Porcelain Overlays? What are they?
“You are happily chewing on your cracker or nuts for snacks when…crack! Out comes a chip off your tooth.”
What a disaster. When in the past the only option is to let it be and dismiss it as a sign of aging, today, we have it better. Technology has enabled ways to deal with damaged teeth from tooth decay or breakage.
Porcelain overlays are like dental crowns as they are made for the same purpose of restoring the shape of a broken or damaged tooth when a filling is not enough to do the job. Porcelain overlays may cover most of the tooth’s chewing surface to protect it from further damage. With the advent of porcelain overlays, more teeth are preserved and strengthened. But remember that this still isn’t reason enough to miss your dental appointments or regular brushing routine.
The Production of Dental Overlays
Have you ever wondered how dental overlays come to be so perfect they can look exactly like teeth? Well they are not pieces of magic at all. They are painstakingly crafted in those dental clinics where you seek help when you have a chipped tooth. So how do your dentists create an accurate replica of your tooth?
The first thing that should be considered is the material. What dental overlays are made of my come as a surprise. Gold remains the standard material for overlays and crowns. However, advancement has given way for tooth-colored crowns made of various materials that have now become the preferred choices of dentists and patients alike.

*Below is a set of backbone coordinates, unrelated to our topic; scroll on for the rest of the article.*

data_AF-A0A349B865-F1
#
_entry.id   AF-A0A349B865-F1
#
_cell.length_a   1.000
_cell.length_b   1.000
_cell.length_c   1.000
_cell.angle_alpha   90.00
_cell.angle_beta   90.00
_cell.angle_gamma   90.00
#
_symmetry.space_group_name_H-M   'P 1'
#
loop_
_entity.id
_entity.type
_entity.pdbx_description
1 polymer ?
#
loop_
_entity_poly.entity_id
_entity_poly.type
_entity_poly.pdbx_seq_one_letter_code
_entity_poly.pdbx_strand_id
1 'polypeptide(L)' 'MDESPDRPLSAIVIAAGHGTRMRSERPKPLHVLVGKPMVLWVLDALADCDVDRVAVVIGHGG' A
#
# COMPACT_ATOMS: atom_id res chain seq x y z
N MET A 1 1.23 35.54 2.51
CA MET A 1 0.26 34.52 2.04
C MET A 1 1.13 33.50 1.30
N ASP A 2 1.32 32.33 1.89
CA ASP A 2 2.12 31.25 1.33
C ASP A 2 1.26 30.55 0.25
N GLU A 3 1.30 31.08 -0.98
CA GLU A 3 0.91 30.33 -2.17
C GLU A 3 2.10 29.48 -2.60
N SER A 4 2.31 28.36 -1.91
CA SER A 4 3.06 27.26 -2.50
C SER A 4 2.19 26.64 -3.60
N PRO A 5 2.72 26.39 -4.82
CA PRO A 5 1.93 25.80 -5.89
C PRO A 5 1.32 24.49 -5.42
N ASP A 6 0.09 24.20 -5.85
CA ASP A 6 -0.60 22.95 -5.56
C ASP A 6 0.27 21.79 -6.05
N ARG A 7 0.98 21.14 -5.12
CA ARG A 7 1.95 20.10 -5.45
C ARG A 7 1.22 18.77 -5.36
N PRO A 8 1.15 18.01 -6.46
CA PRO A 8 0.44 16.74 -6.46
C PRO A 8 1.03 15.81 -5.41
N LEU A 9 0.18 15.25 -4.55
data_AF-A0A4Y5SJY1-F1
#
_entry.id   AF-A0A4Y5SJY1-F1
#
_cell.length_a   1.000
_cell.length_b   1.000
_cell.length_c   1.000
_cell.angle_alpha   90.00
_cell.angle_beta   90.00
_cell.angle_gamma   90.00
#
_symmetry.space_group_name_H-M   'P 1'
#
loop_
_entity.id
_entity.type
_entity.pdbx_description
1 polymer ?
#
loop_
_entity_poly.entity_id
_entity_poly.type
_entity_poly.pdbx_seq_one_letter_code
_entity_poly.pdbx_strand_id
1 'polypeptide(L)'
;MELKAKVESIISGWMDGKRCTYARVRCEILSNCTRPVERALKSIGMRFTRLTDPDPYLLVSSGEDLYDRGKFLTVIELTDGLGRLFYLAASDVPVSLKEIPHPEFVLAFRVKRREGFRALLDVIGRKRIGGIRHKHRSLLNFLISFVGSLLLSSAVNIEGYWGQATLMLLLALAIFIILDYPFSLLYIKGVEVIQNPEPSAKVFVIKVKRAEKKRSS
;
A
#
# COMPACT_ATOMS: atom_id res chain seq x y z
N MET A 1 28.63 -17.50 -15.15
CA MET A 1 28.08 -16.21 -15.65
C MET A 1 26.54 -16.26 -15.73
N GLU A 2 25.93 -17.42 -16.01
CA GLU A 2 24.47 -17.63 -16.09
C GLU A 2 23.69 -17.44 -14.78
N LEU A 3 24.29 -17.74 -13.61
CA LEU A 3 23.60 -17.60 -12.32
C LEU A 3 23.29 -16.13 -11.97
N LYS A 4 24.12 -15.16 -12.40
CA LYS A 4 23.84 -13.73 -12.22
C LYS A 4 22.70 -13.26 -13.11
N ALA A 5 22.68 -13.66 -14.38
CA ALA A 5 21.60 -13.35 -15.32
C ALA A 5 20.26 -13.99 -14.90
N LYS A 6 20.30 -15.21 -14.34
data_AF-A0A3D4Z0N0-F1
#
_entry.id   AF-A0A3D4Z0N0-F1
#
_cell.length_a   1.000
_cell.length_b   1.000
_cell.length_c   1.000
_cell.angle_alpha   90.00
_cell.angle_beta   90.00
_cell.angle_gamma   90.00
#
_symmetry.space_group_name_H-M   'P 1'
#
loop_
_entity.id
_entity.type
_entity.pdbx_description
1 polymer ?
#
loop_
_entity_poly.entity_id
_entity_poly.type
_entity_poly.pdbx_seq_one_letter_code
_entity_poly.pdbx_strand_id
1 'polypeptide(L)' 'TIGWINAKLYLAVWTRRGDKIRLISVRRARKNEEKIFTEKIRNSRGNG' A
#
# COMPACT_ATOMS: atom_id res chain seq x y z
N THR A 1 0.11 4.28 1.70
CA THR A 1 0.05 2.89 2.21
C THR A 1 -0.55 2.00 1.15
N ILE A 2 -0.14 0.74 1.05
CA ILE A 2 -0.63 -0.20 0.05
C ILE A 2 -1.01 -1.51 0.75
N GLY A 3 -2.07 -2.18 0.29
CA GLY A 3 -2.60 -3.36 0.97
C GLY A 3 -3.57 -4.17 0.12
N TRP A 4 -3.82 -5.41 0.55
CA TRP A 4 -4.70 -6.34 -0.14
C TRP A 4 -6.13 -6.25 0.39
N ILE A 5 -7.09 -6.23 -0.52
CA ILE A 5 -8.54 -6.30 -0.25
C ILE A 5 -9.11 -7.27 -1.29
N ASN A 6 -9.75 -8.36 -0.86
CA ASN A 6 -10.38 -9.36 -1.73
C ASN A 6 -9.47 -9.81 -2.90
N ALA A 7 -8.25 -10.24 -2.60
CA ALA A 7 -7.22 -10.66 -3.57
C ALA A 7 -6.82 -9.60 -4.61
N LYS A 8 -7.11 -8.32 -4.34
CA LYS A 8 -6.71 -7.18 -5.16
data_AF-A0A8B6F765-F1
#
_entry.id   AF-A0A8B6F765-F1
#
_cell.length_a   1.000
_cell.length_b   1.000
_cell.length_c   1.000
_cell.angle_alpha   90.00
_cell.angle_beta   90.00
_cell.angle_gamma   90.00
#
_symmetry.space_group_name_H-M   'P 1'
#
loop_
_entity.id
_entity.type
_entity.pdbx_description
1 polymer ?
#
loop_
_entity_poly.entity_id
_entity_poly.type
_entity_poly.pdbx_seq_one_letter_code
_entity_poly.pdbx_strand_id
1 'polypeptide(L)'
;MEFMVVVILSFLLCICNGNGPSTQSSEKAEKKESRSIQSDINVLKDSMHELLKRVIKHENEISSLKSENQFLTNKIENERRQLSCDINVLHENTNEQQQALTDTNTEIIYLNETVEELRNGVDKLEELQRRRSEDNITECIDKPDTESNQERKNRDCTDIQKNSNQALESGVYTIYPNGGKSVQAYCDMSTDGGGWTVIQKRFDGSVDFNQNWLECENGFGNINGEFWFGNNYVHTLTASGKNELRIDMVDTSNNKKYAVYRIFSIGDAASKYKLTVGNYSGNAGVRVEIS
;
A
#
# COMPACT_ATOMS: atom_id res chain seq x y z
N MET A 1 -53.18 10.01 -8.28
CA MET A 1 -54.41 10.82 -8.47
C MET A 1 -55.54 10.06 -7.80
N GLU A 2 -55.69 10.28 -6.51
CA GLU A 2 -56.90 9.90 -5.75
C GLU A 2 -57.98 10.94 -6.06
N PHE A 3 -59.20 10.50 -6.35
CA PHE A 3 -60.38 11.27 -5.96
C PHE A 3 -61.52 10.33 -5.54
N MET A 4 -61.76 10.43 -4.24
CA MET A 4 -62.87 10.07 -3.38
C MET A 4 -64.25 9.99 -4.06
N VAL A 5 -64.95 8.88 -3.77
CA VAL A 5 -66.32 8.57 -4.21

The Magic of Dental Veneers
An offspring of advancement in this field is the porcelain veneer. Porcelain veneers fall within the category of cosmetic dentistry. They are very thin, tooth-colored shells made of porcelain, cemented on the surface of the tooth to correct uneven tooth structure, discoloration, or chips.
That being said, dentists applaud porcelain veneers for their protective quality and durability. The process of installing veneers is not that simple either. Dentists would require other oral health concerns to be addressed first before jumping into the procedure. The dentist has to make an exact impression of the tooth from a mold. This is the start of the fabrication of the veneer.
Porcelain veneers may cost an arm and a leg, but they last for many years without requiring replacement. Still, it is prudent to keep in mind that biting or chewing on hard objects puts your veneer at the risk of damage. Most of the time, damaged veneers cannot be repaired, but would rather need replacement.
Therefore, take good care of your smile. Brush and floss as usual and use non-abrasive toothpaste.
For more expert teeth advice and tips on dental wellness, visit our website Des Moines Dental Group and book your first consultation with the best in Des Moines at 515-512-5339.